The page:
A look at Michael E. Porter’s competitive edge if written for 2023 and beyond

Michael Porter is the father of the MBA and strategic design. I had the good fortune to work as a group partner in his firm Monitor Group (now part of Deloitte’s consulting firm) and more importantly much of what he talked about in his text” Competitive advantage, creating and sustaining superior performance,” lies at the heart of the tens of millions of people around the world who have an MBA. It is even at the heart of how nations can create and maintain competitive advantage.

His ideas are Newtonian in their importance and have stood the test of recessions, wars, Web 1.0, Web 2.0 and perhaps Web 3.0. Its simple pentagon of pressures or areas of competitive power, supplier power, buyer power, competitive power, threat of substitution and threat of new entrant is the simplest exercise you can do as an exercise in compromise on a whiteboard.

However, we must ask ourselves if they are the right way to think about the underlying needs of strategic compromise in a digital world where the speed and dimensions of change are frenetic, sometimes irrational and can cause explosive advantages (Zoom or Platoon in Covid) or calamitous downsides (Twitter and Netflix controversies over actual follower counts)?

We live in extraordinary times that must challenge the rhythmic simplicity of trade-offs that Porter’s Five Competitive Forces entail.

We know how Amazon has redesigned almost everything. How Google opened the door to near-instant insights and how Tesla rewrote the rules of the auto industry. However, it’s not just the idea of ​​doing it once, from selling books online to streaming EPL and NFL video for Amazon Prime. companies that can jump from one category to another, over and over again and succeed will be the winners.

We also know that persistent supply chain issues, inflation, labor shortages and a rapid reversal in unfettered global trade will be more pronounced in 2023 than in 2023. We cannot think as we did in 2022 in the world of 2023 and expect different results.

In The digital propeller (The Wall Street Journal’s best-selling strategy book) a very important DNA metric was an 87% predictor of extraordinary economic returns. The idea that those who adapt to the idea of ​​living in a constantly changing world are very capable and that their results (changes in OPEX, reductions in CAPEX, margin growth, revenue growth and capacity for innovation ) are three times better than all other companies that index only 15% less than they do on a constant variation index. Just spend a second chewing that one.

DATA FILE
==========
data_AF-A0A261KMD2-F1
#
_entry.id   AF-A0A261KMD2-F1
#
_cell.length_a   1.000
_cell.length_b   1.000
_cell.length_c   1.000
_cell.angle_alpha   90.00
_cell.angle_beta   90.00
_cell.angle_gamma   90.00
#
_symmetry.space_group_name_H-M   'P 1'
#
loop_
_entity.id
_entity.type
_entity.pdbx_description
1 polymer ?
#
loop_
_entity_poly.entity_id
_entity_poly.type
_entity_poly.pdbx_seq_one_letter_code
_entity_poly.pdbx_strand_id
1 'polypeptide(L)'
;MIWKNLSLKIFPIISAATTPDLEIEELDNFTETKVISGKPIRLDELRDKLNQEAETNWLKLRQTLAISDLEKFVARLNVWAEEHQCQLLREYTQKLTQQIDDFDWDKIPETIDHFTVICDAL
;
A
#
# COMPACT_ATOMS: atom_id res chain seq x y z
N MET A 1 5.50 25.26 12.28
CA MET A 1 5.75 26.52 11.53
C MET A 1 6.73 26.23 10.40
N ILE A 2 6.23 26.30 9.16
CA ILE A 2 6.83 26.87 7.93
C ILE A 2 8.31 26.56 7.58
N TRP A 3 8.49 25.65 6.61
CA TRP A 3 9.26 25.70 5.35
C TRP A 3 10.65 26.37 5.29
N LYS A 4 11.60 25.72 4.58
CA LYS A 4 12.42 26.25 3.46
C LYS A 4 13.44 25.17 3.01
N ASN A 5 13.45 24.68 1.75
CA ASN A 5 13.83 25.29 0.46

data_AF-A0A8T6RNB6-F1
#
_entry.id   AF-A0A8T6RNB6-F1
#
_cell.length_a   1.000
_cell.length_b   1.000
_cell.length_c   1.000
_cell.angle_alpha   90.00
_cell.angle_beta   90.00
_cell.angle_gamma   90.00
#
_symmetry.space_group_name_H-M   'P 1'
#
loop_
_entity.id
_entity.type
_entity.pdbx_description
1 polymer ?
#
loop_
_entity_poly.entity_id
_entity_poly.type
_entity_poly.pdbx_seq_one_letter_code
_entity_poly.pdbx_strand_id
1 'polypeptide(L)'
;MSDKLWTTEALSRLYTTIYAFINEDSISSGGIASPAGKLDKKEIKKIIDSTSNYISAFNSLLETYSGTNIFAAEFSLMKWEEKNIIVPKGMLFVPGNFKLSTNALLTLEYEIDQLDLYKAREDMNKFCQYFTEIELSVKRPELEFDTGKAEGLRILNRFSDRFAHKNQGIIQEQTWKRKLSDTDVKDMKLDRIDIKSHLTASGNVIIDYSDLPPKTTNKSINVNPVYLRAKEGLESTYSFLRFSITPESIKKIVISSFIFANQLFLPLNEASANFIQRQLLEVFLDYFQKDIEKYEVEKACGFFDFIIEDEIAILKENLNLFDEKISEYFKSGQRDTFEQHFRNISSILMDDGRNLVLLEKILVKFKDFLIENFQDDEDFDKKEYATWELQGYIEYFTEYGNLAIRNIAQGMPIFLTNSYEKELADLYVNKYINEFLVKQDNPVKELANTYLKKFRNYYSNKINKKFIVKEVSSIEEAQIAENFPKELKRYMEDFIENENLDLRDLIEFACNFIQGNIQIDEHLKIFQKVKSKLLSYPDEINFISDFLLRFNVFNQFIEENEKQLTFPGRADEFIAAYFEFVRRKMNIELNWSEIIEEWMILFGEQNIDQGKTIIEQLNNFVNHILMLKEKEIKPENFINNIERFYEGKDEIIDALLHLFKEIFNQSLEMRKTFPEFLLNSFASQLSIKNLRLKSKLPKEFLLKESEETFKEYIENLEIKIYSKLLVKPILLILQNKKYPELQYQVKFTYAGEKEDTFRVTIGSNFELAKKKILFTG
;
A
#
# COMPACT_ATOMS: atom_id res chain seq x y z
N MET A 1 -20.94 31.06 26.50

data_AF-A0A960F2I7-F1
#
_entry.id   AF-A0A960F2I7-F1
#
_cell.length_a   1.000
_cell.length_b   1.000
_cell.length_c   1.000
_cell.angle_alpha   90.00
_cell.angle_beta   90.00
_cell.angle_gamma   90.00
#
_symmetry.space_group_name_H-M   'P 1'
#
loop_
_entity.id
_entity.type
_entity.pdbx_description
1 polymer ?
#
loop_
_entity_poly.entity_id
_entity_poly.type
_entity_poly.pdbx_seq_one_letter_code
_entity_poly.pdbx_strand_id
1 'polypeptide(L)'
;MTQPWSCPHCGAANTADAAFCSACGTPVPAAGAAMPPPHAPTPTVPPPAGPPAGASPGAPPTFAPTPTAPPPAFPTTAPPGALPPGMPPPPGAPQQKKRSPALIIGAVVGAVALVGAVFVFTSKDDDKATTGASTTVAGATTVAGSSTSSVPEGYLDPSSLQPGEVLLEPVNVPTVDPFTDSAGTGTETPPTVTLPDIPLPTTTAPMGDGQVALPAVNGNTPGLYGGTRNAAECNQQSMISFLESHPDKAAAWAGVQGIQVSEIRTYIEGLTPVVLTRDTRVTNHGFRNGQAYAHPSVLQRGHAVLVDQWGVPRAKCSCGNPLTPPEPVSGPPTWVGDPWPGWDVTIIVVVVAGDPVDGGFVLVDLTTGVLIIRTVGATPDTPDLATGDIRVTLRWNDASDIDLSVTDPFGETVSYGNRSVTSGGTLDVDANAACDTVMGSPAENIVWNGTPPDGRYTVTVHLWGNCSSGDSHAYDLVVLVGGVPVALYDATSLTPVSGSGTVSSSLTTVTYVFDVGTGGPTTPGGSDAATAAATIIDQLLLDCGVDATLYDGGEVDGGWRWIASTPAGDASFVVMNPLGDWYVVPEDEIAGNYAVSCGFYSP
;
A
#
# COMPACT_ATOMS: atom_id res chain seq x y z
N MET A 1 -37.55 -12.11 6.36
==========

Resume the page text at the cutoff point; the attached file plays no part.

Now is the time to change that simple Porter pentagon and look at five new engines of competitive management, see below. An idea, the ability to manage constant change at top performing levels is the primary indicator of economic success in turbulent times. There are, however, five forces underlying this ability to manage constant change which I call SHAPS

Note that SHAPS in machine learning is a mathematical method to explain the predictions of machine learning models, or actually it is the idea of ​​how to invert the output of a predictive algorithm .

It represents Shapley’s additive explanations (Lundberg and Lee – 2017). Dive deep into the DNA of successful digital businesses as they adapt and perform over time. We have known this to be empirically true since 2017.

Strength One:

Signal management boosts pattern recognition

Tell me something you can’t find online? Information is all around us (some true, some false). Seeing through this noise to find signals is vital. Develop models to evaluate it (read more about this in The digital propeller – DNA of Theme and Streams) is going to be an increasingly real strategic differentiator. Should Peloton have followed measures on returning to the office and Covid infection rates rather than pumping out more bikes? What signals did they miss? Should Zoom have found ways to measure its users’ desire to use more or different services from them during the transition from Covid as a crisis to Covid as a way of life? Is Facebook good or bad for signal management? Signal management is really important if you are open to finding new sources or new ways to look at information. Pattern recognition is often considered a sixth sense. This is not the case if you learn to chase them, aggregate them and draw patterns from them.

Managing signals at all levels of the organization, from social media to influencer feedback in large and complex purchases, is the fundamental strength. It’s debatable whether you can stop a smarter competitor if they handle signals better than you.

Force Two:

Agile decision making is iterative, not final